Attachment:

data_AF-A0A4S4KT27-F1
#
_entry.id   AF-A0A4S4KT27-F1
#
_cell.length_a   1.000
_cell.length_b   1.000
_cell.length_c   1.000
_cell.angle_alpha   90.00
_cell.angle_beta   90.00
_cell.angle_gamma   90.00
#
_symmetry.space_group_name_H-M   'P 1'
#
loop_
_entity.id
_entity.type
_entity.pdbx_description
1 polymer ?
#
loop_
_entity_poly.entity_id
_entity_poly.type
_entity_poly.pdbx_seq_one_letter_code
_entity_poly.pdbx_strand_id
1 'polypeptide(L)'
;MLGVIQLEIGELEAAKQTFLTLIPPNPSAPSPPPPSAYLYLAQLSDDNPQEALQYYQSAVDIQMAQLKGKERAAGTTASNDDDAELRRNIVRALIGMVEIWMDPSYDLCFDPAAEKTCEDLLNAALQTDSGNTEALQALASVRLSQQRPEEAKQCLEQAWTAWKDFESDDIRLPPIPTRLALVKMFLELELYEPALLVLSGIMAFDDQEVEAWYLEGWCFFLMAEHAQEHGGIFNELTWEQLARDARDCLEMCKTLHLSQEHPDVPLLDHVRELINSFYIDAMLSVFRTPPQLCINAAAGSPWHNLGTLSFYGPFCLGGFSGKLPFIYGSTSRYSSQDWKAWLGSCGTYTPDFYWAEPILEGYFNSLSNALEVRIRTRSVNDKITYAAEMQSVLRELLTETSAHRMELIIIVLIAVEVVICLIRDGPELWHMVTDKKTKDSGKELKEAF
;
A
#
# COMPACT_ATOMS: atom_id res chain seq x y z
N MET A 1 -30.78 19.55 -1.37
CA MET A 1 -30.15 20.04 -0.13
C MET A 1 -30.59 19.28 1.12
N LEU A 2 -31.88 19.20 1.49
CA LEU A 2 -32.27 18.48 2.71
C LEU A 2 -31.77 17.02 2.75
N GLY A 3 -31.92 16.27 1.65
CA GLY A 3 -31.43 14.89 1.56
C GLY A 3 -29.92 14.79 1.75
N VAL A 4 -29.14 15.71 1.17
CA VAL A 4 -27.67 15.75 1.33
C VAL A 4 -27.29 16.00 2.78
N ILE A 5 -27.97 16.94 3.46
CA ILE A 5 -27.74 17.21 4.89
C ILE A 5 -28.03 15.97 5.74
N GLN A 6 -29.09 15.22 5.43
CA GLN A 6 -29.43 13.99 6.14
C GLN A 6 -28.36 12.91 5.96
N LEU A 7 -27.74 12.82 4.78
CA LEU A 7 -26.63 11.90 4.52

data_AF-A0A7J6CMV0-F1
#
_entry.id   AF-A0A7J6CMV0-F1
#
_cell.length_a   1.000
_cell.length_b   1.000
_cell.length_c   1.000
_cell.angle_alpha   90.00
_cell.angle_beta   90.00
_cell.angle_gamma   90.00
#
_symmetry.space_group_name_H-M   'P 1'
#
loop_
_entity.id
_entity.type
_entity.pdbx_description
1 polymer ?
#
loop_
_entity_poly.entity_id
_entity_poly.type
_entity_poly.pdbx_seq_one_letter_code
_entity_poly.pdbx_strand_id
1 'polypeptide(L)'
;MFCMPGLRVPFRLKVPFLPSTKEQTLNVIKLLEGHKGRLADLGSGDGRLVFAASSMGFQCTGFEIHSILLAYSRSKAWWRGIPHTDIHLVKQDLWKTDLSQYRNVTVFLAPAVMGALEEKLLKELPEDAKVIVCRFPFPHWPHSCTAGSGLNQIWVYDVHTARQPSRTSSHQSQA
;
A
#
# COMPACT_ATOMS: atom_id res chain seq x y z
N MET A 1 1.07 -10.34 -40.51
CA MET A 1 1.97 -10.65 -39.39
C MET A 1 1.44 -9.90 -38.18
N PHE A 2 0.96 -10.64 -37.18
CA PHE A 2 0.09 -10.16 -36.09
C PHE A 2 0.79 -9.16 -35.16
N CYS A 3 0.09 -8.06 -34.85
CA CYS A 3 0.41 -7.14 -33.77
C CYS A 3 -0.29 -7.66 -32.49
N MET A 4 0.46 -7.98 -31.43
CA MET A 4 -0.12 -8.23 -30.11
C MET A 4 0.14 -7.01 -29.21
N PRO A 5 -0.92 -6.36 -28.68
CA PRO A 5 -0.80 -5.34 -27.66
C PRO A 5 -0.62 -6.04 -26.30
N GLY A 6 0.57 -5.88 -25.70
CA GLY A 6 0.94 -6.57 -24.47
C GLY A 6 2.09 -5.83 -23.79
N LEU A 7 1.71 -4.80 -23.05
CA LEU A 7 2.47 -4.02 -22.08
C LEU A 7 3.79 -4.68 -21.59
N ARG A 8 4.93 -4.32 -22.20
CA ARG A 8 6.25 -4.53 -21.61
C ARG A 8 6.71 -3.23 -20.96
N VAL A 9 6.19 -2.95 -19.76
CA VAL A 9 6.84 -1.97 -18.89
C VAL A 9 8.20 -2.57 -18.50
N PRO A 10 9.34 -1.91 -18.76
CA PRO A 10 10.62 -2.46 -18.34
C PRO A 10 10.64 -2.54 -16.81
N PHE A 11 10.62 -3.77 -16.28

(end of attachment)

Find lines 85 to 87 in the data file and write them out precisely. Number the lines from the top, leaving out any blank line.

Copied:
CA PHE A 2 0.09 -10.16 -36.09
C PHE A 2 0.79 -9.16 -35.16
N CYS A 3 0.09 -8.06 -34.85